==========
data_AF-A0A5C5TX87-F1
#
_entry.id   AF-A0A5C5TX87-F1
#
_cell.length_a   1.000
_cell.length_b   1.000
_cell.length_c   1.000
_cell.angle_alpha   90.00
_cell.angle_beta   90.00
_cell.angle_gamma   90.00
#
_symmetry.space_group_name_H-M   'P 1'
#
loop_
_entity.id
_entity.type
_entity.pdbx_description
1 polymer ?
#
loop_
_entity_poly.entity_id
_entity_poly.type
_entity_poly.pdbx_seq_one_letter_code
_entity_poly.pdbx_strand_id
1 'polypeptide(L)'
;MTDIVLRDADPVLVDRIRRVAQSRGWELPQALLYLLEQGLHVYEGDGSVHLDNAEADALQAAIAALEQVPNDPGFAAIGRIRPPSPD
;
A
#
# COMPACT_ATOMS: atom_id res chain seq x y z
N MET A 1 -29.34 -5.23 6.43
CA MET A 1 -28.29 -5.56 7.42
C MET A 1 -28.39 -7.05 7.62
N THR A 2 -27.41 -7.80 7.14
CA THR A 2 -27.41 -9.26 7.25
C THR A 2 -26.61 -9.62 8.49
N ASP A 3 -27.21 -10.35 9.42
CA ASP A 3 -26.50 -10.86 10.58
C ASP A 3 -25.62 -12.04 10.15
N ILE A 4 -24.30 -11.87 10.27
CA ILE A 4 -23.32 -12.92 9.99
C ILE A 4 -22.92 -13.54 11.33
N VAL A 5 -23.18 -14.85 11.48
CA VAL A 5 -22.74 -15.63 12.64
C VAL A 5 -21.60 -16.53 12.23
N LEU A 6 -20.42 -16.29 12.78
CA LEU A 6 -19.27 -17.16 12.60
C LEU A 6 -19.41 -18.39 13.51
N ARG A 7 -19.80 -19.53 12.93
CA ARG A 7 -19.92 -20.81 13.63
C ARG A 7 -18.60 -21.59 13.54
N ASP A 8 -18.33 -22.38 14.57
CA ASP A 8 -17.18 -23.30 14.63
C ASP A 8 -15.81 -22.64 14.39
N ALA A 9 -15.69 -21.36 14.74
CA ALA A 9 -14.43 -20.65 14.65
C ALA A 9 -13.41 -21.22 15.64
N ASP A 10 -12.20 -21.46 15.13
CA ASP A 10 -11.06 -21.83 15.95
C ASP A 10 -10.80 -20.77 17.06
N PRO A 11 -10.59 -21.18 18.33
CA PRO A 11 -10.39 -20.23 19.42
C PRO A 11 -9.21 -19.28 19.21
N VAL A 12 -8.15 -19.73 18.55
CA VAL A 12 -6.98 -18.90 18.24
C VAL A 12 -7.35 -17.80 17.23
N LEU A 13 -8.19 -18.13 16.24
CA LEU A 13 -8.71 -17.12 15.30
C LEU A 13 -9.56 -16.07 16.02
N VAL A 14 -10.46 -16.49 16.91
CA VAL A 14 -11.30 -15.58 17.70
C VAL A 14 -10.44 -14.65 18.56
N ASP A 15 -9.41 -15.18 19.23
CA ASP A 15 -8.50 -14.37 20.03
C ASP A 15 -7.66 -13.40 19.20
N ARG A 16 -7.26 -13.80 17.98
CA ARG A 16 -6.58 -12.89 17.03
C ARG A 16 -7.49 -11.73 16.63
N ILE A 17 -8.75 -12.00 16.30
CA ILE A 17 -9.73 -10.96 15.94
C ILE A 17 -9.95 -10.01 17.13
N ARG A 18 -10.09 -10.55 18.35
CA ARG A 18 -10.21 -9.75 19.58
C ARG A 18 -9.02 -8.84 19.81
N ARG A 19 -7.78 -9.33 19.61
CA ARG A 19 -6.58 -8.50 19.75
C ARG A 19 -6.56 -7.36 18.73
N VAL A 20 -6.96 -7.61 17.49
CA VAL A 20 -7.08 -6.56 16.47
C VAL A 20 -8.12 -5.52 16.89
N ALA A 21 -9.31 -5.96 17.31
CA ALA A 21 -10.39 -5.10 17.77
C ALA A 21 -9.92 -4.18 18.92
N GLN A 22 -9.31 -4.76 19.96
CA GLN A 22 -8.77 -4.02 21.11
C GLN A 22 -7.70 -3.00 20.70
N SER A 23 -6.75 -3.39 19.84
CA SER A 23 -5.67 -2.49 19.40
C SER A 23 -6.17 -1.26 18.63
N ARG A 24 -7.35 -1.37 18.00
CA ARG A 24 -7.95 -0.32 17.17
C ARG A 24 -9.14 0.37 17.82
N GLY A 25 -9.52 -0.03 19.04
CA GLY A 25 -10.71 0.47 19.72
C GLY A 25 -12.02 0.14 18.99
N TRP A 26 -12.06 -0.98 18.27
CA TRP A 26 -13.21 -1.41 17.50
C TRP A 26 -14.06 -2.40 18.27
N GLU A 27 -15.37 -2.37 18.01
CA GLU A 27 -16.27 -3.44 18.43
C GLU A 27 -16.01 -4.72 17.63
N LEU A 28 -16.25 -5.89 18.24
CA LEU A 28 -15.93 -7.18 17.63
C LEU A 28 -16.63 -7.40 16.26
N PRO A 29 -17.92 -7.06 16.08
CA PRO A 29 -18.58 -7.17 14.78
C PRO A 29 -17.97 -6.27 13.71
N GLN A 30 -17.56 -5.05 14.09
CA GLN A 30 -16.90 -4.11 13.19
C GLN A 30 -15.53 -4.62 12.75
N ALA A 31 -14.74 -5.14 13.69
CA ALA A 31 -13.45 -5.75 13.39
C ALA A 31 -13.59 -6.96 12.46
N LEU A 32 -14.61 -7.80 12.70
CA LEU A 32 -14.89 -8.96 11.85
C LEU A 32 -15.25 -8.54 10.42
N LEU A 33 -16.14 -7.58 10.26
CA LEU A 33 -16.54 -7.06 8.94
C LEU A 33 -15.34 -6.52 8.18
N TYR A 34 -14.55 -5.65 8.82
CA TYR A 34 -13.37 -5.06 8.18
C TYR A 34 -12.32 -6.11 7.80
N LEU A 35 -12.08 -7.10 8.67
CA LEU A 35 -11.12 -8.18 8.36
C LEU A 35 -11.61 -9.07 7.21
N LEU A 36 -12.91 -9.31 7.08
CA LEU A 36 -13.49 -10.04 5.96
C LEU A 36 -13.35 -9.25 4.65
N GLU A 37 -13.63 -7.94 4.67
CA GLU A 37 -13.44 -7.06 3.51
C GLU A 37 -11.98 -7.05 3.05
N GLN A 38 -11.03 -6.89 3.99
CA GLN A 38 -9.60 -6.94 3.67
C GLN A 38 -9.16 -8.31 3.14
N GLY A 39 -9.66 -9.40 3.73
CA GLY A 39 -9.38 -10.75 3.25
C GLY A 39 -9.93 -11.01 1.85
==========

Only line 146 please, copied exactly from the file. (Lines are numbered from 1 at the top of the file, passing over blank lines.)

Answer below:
CA GLY A 39 -9.38 -10.75 3.25